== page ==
So, finally a panacea to the confusion on how the UK's upcoming 'divorcee' status affects its legal stance on Data Protection and the GDPR.

As if the ICO hadn't iterated enough that the GDPR will still need to be followed in the UK, this announcement should assuage some who had pressed on with compliance projects to meet the deadline in May 2018 but may also strike fear into the hearts of those who've ignored it. 

So what changes? Perhaps not much.

The GDPR has already been clarified by most of the regulatory bodies in the UK and is automatically to be enshrined in law if the 'Great Repeal Act' is successful. To add to that, the Queen's Speech announced a new Data Protection Bill (which was bound to include similar clauses to the GDPR).

However, here begins the speculation: the GDPR is a pretty ambiguous set of regulations, so how might the UK add to this?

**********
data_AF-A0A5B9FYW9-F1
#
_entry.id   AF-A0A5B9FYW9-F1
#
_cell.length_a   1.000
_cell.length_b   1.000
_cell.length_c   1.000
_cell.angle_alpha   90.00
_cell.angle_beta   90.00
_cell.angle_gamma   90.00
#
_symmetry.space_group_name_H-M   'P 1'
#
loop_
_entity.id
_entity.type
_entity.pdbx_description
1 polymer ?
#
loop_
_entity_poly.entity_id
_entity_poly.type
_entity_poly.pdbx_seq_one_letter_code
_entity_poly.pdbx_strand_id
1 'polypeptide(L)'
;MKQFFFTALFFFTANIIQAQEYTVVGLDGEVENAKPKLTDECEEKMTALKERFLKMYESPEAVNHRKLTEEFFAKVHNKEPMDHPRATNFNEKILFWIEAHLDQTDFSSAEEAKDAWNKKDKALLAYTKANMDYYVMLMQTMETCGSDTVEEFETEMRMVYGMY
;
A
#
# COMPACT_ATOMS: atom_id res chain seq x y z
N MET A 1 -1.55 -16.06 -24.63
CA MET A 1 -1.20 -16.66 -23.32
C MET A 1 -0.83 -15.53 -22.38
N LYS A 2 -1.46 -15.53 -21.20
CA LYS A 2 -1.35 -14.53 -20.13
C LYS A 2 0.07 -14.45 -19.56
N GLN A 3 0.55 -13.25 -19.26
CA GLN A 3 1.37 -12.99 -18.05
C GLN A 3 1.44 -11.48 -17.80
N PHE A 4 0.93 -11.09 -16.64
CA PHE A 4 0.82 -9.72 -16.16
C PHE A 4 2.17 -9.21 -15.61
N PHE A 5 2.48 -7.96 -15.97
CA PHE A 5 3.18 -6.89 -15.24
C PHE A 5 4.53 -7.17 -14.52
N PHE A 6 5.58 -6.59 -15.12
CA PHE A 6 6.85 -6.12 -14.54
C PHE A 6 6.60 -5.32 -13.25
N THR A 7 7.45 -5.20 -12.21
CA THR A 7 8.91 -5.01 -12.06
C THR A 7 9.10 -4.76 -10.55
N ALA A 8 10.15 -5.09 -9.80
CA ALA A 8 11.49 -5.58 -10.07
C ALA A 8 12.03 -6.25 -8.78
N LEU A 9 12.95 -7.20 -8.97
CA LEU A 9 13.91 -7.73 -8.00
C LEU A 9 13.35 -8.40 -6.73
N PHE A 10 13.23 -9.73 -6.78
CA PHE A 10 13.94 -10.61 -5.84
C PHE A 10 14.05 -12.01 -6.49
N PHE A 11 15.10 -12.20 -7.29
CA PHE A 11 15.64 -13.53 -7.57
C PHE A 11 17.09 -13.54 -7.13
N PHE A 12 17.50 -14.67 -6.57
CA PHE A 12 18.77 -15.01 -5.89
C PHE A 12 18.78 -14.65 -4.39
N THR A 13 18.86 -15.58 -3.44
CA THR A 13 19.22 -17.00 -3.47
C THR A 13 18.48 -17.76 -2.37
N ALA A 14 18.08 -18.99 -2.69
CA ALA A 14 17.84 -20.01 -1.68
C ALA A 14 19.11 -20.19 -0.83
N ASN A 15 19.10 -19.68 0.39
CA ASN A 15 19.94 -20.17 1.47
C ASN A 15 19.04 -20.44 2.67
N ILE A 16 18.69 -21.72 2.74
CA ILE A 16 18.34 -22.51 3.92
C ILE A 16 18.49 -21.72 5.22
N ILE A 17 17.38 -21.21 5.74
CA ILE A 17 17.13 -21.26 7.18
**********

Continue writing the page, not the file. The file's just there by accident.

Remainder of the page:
Britain had always been one of the strongest proponents of the GDPR, advocating a 24-hour limit on reporting data breaches (as opposed to the 72 hours finally agreed upon). Also, the Data Protection Act 1998, while severely lacking and outdated, is anything but ambiguous. We can probably expect much clearer guidance on how companies can stay on the right side of the law.

So buckle up, because it will be a bumpy ride. My suggestion is that IT professionals start as soon as possible to ensure that they are ready, and that they watch the progress of the Bill to know what to expect when it passes into law. It is almost guaranteed to be tougher and tighter than the GDPR.